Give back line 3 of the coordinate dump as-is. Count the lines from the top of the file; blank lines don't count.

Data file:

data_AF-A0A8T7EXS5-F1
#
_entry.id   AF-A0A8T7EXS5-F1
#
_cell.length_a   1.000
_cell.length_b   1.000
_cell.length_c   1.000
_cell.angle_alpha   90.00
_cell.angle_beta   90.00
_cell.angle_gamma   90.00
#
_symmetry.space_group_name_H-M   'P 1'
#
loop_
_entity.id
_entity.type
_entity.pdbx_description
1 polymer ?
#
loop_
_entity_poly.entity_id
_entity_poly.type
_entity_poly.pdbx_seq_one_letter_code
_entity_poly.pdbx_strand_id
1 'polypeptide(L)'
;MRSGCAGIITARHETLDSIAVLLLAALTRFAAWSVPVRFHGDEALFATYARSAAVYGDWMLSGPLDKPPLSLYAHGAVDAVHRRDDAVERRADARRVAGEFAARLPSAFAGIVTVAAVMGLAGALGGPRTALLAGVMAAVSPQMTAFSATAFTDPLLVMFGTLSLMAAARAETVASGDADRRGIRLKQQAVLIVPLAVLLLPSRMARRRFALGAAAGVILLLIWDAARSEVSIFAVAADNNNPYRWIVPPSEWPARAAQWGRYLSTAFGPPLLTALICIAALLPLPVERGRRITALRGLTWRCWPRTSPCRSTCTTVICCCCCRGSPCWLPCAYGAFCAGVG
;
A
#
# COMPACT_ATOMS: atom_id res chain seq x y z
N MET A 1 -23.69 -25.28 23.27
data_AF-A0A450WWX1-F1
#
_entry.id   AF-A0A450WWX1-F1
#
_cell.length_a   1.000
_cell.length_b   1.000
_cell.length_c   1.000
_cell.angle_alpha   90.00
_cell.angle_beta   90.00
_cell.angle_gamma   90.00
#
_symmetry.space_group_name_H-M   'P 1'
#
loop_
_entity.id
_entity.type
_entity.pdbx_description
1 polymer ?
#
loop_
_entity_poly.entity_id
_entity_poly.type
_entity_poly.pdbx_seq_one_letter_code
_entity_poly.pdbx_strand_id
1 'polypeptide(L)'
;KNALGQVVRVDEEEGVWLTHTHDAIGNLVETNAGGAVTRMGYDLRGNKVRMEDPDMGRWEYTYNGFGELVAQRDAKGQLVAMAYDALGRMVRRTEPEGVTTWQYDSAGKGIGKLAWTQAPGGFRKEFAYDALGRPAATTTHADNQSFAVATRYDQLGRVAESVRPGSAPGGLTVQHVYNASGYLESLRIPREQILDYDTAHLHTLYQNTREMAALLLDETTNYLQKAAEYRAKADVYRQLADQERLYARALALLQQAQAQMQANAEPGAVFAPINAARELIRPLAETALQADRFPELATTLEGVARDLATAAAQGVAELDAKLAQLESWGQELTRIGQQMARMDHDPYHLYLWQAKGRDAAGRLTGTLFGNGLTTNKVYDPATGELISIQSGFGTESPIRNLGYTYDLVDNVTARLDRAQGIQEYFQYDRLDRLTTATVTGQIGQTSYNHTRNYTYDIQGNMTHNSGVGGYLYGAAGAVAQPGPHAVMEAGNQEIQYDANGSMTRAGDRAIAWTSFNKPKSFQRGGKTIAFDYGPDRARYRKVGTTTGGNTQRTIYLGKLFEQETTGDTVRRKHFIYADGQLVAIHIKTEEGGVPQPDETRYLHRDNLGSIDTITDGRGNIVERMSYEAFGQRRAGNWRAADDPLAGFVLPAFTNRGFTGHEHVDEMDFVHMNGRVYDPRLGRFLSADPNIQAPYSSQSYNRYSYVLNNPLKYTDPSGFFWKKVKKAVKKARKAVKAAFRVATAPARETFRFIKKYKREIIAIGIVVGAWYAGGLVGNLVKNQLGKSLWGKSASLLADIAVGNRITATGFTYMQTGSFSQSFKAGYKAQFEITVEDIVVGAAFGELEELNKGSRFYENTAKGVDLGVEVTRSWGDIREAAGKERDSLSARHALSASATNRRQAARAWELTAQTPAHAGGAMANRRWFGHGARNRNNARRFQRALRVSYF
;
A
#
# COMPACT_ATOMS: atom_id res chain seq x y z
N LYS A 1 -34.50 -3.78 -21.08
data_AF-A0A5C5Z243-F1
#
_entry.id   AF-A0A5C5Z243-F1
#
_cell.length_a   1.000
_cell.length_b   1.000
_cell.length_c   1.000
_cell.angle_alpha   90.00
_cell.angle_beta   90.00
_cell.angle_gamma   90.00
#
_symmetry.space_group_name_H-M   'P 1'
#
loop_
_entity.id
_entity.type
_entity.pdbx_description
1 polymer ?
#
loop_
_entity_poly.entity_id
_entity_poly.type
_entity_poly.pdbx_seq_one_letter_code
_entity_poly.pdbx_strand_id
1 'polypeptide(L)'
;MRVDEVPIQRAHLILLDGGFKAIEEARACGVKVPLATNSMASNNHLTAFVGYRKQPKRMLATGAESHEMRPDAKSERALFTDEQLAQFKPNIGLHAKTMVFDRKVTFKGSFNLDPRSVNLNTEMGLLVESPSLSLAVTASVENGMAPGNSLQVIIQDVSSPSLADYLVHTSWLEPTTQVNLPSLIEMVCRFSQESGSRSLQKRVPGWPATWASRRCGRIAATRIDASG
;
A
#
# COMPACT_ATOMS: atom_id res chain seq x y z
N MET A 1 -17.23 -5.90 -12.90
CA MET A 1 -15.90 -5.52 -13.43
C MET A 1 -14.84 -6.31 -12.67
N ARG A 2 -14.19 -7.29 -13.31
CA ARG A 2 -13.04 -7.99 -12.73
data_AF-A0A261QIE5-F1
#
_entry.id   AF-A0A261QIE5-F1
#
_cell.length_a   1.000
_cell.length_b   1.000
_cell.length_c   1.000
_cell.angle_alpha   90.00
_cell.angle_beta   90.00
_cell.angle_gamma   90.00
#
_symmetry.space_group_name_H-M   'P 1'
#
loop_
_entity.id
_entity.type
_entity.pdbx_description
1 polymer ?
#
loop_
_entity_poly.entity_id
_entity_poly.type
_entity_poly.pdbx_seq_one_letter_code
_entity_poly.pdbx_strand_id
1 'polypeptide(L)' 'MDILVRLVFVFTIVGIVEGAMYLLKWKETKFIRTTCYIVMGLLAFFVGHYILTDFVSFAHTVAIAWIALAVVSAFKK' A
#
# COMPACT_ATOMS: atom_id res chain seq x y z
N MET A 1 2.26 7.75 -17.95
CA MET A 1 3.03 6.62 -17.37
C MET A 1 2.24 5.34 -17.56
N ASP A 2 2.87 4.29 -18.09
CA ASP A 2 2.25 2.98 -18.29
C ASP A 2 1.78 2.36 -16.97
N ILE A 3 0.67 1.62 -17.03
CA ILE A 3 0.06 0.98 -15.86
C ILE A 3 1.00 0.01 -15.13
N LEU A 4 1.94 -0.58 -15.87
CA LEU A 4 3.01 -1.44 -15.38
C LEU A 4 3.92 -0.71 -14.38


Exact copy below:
_entry.id   AF-A0A8T7EXS5-F1